The Bahamas, from the Spanish words baja mar- shallow ocean, lie only about 50 miles off the Florida coast. The sailor's puzzle of over 700 islands stretches over thousands of square miles of mostly shallow ocean, though depths range to more than 8 miles in the tongue of the ocean. About 7000 years ago these islands were inhabited by Siboney Indians, island dwellers who lived off the sea. When Columbus dropped his anchor off San Salvador on Oct 12, 1492 he encountered Arawak or Lucayan Indians whose ancestors had escaped northward from Hispaniola as the fierce Caribs emigrated from South America. Unfortunately, it only took only about a quarter century for the Spanish who followed Columbus to exterminate these peaceful people through enslavement in Hispaniola, disease and murder.

The sailing route from the Caribbean to Europe takes vessels through the treacherous waters of the Bahamas. From a sailing perspective, south of 23°N the easterly trade winds are no match for heavily-laden, 17th century galleys trying to sail against the trades. Most ships tried to sail northeast between the Florida Keys and the Bahamas. When the Spanish succeeded in finding the riches they sought in Central America, the low-lying Bahamas, complete with reefs and shallow water, became a popular place for pirates and privateers to prey on the westward bound ships. Limestone caves throughout the islands also provided a place to hide the treasure. Hunks of hundreds of ships litter the coral reefs in this part of the world, some of which were lured by false lights hung by wreckers, as the locals who salvaged wrecks were known.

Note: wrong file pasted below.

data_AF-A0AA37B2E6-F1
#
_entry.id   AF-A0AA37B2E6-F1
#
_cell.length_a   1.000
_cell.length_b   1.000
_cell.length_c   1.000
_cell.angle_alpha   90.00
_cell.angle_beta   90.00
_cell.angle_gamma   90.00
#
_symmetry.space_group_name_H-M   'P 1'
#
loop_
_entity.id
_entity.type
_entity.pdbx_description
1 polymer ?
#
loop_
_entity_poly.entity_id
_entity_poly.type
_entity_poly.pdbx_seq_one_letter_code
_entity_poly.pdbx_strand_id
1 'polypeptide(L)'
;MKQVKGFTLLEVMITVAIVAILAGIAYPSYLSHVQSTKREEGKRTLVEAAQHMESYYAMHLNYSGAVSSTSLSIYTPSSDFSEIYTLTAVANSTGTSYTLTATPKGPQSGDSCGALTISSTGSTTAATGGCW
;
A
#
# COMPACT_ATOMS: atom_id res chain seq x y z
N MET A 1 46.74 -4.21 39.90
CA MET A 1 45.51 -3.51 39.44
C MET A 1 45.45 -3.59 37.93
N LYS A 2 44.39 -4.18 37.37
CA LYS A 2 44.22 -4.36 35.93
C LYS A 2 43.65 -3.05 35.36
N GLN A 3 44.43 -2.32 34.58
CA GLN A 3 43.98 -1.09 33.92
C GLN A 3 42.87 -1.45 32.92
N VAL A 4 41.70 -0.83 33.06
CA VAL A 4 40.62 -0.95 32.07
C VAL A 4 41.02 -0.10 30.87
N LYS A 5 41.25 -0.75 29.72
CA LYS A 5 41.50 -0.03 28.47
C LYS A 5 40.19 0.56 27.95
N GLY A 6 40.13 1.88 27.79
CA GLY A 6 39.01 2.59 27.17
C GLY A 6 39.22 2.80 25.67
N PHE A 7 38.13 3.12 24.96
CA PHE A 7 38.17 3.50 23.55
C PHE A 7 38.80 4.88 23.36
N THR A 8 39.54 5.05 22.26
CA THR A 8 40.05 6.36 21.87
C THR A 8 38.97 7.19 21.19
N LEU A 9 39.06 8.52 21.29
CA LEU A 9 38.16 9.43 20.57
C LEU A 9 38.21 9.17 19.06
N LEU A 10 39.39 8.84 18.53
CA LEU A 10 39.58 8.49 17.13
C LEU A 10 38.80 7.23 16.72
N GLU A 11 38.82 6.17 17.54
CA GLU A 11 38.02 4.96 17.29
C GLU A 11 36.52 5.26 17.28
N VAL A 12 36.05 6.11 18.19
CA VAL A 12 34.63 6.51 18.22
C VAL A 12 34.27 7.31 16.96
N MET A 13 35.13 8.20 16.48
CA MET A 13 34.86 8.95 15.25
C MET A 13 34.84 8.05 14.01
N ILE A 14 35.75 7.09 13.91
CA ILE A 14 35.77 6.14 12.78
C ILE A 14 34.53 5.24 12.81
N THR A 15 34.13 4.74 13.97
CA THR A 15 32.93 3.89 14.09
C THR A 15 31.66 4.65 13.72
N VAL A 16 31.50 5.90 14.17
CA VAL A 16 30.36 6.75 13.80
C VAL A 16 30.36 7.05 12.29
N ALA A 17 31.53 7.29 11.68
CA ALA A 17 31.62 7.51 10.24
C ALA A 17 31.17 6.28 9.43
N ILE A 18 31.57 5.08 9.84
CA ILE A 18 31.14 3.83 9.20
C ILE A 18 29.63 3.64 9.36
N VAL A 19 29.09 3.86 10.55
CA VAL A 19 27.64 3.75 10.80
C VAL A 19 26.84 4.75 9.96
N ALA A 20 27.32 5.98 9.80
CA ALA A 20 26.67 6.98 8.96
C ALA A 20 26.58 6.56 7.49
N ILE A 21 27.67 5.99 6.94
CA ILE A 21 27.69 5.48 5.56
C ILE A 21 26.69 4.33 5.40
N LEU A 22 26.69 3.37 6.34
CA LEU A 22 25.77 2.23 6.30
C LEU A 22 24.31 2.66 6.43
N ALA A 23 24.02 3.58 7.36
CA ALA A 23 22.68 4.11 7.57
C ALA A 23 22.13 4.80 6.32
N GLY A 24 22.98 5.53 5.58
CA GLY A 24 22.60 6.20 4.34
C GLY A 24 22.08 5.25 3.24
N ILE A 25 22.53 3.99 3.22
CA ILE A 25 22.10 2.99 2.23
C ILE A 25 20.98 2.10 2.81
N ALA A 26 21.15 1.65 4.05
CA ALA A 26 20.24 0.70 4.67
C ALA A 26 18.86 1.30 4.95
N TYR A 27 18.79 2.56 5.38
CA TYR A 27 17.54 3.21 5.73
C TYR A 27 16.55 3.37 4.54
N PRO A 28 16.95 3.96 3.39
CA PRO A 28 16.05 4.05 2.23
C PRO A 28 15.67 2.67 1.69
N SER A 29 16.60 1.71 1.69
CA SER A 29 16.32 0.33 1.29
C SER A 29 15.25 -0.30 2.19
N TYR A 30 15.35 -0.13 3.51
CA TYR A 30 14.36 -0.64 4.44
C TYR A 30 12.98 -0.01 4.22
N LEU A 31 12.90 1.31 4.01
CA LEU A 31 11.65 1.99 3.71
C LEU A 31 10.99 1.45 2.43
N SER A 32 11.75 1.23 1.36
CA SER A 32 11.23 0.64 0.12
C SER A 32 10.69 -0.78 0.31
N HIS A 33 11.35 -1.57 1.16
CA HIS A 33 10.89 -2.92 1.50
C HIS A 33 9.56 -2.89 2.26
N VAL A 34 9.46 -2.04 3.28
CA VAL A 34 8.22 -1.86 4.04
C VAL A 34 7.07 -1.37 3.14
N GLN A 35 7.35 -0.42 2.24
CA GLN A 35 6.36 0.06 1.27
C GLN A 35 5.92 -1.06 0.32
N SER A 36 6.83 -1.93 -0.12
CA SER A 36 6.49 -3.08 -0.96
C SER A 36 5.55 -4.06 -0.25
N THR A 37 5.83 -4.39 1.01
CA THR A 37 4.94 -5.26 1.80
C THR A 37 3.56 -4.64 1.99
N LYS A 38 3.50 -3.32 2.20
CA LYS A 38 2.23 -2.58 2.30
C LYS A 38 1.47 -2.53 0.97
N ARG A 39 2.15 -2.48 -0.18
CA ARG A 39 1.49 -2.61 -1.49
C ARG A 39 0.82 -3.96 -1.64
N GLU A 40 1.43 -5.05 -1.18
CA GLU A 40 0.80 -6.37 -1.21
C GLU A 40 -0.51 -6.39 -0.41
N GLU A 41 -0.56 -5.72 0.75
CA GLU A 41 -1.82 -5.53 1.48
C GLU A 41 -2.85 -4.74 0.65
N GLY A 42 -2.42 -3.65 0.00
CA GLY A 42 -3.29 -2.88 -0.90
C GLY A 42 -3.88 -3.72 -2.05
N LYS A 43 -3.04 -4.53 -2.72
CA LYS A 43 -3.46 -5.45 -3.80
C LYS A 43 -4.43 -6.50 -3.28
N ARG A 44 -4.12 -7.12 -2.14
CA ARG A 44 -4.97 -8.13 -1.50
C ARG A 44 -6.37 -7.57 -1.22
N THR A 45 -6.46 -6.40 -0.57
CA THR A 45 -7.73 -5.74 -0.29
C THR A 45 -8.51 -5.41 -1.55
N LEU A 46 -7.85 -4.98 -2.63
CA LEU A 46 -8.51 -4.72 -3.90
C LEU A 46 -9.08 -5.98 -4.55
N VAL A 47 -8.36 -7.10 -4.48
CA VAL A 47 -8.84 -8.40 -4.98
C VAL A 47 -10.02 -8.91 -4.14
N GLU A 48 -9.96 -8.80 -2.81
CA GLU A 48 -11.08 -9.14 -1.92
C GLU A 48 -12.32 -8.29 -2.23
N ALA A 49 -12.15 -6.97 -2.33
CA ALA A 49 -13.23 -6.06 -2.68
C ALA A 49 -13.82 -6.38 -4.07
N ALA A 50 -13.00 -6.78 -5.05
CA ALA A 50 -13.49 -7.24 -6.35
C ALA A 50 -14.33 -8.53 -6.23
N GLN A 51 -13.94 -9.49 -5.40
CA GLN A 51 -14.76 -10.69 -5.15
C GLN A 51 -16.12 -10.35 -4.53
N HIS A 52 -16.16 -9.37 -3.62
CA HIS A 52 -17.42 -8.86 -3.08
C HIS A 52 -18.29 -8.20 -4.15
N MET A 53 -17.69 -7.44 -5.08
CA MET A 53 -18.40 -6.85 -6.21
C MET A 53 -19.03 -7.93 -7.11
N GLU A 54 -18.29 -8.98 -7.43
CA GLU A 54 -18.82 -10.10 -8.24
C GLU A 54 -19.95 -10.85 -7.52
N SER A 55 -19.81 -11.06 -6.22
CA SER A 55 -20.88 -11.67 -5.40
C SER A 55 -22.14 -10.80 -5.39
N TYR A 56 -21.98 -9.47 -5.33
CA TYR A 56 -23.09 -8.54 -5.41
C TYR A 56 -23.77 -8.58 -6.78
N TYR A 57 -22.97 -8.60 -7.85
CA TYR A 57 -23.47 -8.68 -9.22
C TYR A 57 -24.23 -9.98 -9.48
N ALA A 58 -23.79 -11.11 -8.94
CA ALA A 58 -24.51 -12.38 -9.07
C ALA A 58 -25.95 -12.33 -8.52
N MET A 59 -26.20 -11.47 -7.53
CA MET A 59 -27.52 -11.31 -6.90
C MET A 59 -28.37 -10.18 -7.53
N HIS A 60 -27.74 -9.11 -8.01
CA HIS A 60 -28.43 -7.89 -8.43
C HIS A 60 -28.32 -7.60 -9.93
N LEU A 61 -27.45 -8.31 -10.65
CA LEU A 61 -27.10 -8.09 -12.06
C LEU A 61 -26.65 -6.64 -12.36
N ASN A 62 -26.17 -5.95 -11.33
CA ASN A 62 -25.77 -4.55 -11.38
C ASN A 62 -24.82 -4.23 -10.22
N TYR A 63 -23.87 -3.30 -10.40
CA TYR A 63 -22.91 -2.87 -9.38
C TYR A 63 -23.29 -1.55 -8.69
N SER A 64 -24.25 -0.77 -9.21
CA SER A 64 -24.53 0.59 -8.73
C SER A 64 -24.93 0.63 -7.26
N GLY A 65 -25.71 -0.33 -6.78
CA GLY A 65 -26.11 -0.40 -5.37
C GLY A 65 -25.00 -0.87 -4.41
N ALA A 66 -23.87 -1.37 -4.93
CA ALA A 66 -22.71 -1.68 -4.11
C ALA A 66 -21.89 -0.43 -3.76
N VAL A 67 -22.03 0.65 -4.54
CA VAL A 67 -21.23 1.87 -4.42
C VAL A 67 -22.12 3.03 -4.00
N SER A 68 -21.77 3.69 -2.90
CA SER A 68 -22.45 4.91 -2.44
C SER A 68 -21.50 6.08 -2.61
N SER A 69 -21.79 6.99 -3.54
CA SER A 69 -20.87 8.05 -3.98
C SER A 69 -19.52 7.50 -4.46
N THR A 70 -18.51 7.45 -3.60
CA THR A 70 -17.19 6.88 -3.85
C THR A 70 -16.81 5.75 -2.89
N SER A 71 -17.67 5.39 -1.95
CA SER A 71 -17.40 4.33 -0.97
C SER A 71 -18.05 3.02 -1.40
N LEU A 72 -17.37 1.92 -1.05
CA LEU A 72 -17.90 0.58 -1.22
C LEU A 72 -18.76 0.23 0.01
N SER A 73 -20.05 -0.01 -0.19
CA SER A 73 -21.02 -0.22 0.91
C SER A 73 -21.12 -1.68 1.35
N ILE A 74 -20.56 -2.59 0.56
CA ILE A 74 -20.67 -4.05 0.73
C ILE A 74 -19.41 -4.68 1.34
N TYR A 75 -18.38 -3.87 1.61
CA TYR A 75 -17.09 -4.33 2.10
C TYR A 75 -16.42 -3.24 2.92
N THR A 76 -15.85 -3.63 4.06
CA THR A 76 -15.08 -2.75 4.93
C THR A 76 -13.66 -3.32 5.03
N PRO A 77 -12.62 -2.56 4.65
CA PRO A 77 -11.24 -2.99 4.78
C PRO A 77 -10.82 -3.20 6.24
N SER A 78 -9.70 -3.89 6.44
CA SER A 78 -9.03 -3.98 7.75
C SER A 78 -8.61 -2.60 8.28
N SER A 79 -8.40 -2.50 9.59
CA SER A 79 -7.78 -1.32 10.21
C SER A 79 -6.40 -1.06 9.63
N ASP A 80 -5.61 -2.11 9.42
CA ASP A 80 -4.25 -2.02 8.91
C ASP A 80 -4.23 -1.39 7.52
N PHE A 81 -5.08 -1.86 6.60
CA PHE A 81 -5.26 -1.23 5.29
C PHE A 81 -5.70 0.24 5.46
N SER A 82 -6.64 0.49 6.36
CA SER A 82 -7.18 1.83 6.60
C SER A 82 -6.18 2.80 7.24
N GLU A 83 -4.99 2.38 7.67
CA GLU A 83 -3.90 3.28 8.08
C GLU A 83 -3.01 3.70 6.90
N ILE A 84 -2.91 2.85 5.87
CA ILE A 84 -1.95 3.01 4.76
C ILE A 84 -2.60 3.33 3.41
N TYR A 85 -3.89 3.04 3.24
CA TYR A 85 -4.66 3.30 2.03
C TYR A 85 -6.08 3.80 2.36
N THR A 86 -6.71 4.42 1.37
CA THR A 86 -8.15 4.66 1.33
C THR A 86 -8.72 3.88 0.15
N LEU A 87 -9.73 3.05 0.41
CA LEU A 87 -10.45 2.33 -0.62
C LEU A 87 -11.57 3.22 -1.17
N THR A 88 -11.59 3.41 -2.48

Charles Town, with its natural all-weather harbor was a popular pirate haven that attracted the likes of Edward Teach, Anne Bonny, Calico Jack and Henry Morgan who had looted so many Spanish treasure ships that the Spanish, fed up with their losses, destroyed Charles Town in 1695. Pirate riches returned and named the town they rebuilt Nassau. At the height of his exploits in the Bahamas, Edward Teach was named head of the "Privateers' Republic," something that didn't sit well with King George I who sent the former pirate, Captain Woodes Rogers, to be the first Royal Governor of The Bahamas in 1718. When Rogers sailed into Nassau with four ships he declared that he would grant amnesty for anyone who surrendered. Declaring victory over the pirates, Rogers pardoned about 300 people after the rest of the pirates fled, or like Teach, had already left the harbor.

The economy of the Bahamas has been intrinsically linked to shipping, in the form of honest trade, smuggling or salvaging wrecks for most of the last three hundred years. During the American Civil War small, swift vessels loaded with cotton sailed from the southern states to the Bahamas where the cargo was loaded onto bigger and slower British ships that couldn't run the Confederate blockades. The small vessels returned to the southeast coast with arms and munitions to help fight the war.

The Bahamian economy got another boost when the American Congress ratified the Volstead Act giving federal authority to enforce their Eighteenth Constitutional Amendment. For the next decade, millions of dollars worth of alcohol from Cuba, Britian and Puerto Rico were shipped through the Bahamas. The American territorial three mile limit gave smugglers plenty of opportunity. Even small boats could easily cover the short distance to bring the precious cargo ashore without being detected. In the 1930's the territorial limit was changed to 10 miles but by then smugglers had improved their skills.

In 1965, Bacardi built a distillery on New Providence, the capitol island of the Bahamas. The Bacardi distillery was one of the largest international investment in the Bahamas to that date. That plant is scheduled to close by April 2009.

There is only 1 sugar cane spirit distiller in this database from Bahamas.
Todhunter-Mitchell Distilleries Ltd
There are also 2 companies in this database blending/bottling sugar cane spirits from Bahamas.
Don Lorenzo Rum
Todhunter-Mitchell Distilleries Ltd